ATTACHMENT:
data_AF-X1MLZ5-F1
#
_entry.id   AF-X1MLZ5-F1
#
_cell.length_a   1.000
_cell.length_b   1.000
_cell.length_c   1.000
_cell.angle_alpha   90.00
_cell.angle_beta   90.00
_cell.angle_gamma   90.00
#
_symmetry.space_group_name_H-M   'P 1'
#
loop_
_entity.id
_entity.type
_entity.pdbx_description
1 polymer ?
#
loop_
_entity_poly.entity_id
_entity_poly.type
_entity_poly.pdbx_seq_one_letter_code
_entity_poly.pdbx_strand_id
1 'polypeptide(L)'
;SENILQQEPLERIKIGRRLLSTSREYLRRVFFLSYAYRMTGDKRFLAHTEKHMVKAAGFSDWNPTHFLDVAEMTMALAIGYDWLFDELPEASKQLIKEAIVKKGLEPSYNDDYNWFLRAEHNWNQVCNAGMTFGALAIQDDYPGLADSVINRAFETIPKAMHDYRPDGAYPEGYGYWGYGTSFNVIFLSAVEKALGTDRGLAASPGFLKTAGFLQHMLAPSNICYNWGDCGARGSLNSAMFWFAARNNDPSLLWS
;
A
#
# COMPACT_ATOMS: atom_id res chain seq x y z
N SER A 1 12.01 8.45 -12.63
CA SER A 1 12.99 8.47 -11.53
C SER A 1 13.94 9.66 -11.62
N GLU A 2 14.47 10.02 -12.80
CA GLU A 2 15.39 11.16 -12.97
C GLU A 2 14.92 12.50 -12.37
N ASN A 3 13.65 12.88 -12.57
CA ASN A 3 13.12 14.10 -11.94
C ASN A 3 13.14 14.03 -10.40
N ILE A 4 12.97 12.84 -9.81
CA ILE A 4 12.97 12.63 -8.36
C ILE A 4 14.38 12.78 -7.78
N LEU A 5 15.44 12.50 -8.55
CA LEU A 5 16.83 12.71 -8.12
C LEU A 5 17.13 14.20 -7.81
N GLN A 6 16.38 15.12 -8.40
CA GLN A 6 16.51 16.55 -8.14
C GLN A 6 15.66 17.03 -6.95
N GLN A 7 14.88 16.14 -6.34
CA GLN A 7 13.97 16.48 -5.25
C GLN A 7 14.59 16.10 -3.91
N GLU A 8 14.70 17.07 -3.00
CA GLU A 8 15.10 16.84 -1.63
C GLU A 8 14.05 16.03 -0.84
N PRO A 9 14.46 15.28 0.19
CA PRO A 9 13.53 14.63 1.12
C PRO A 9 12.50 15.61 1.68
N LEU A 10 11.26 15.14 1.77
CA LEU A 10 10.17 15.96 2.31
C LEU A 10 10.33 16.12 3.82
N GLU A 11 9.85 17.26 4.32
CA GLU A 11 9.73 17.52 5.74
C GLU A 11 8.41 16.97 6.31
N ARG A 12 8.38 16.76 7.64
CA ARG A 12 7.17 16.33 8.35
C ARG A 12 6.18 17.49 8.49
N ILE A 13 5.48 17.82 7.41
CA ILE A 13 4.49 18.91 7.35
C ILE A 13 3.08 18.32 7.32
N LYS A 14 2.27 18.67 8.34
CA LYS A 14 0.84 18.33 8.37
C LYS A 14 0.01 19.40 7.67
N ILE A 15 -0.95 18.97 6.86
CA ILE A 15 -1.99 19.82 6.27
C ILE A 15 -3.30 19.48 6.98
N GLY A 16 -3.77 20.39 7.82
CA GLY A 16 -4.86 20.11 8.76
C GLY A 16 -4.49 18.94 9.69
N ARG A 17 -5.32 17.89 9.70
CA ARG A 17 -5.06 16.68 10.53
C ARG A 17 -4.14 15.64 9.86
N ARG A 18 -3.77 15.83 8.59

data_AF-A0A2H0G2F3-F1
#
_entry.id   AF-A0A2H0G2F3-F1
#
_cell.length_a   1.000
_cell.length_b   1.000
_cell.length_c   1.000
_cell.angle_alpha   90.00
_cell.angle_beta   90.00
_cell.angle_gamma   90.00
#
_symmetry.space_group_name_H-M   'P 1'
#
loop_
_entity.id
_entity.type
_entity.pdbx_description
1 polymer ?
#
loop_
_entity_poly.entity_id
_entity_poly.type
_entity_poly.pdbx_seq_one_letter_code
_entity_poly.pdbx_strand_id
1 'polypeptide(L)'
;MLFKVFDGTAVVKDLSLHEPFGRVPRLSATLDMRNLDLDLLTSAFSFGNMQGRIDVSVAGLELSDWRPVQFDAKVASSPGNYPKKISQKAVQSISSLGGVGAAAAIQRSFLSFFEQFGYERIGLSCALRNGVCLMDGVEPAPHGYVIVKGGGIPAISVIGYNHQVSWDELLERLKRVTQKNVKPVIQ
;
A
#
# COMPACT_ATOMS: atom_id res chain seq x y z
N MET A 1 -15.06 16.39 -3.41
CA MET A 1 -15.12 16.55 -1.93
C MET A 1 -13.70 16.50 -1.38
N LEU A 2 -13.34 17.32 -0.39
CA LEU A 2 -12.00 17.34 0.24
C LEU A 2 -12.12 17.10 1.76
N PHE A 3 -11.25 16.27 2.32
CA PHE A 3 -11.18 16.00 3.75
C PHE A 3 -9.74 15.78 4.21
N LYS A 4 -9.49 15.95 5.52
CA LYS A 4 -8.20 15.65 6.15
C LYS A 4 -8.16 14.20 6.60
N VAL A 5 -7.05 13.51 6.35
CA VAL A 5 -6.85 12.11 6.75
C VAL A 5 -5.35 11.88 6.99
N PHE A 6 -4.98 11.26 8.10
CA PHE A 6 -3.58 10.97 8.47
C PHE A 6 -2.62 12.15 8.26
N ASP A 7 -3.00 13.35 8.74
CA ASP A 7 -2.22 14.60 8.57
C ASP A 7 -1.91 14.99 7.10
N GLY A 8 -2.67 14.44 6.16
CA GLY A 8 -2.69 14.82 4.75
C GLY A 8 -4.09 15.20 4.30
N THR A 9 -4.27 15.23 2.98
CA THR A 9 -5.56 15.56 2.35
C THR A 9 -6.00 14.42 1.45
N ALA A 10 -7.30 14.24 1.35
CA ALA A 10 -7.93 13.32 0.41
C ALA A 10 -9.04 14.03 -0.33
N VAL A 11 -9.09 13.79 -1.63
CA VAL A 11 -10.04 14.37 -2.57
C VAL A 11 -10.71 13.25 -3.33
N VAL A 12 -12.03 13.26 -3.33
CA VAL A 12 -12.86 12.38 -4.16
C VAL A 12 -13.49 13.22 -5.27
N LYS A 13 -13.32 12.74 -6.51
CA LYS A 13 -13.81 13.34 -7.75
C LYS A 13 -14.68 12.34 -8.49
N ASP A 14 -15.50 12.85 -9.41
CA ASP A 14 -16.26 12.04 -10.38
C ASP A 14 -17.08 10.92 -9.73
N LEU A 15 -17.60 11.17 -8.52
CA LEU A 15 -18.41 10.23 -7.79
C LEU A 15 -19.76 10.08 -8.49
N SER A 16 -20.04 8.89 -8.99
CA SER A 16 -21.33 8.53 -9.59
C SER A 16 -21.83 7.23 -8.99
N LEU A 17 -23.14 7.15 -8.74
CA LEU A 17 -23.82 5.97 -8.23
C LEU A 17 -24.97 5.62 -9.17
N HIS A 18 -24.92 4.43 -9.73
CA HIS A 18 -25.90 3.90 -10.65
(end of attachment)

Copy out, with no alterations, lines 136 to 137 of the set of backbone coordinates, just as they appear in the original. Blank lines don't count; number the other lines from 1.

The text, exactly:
C GLY A 8 -4.09 15.20 4.30
N THR A 9 -4.27 15.23 2.98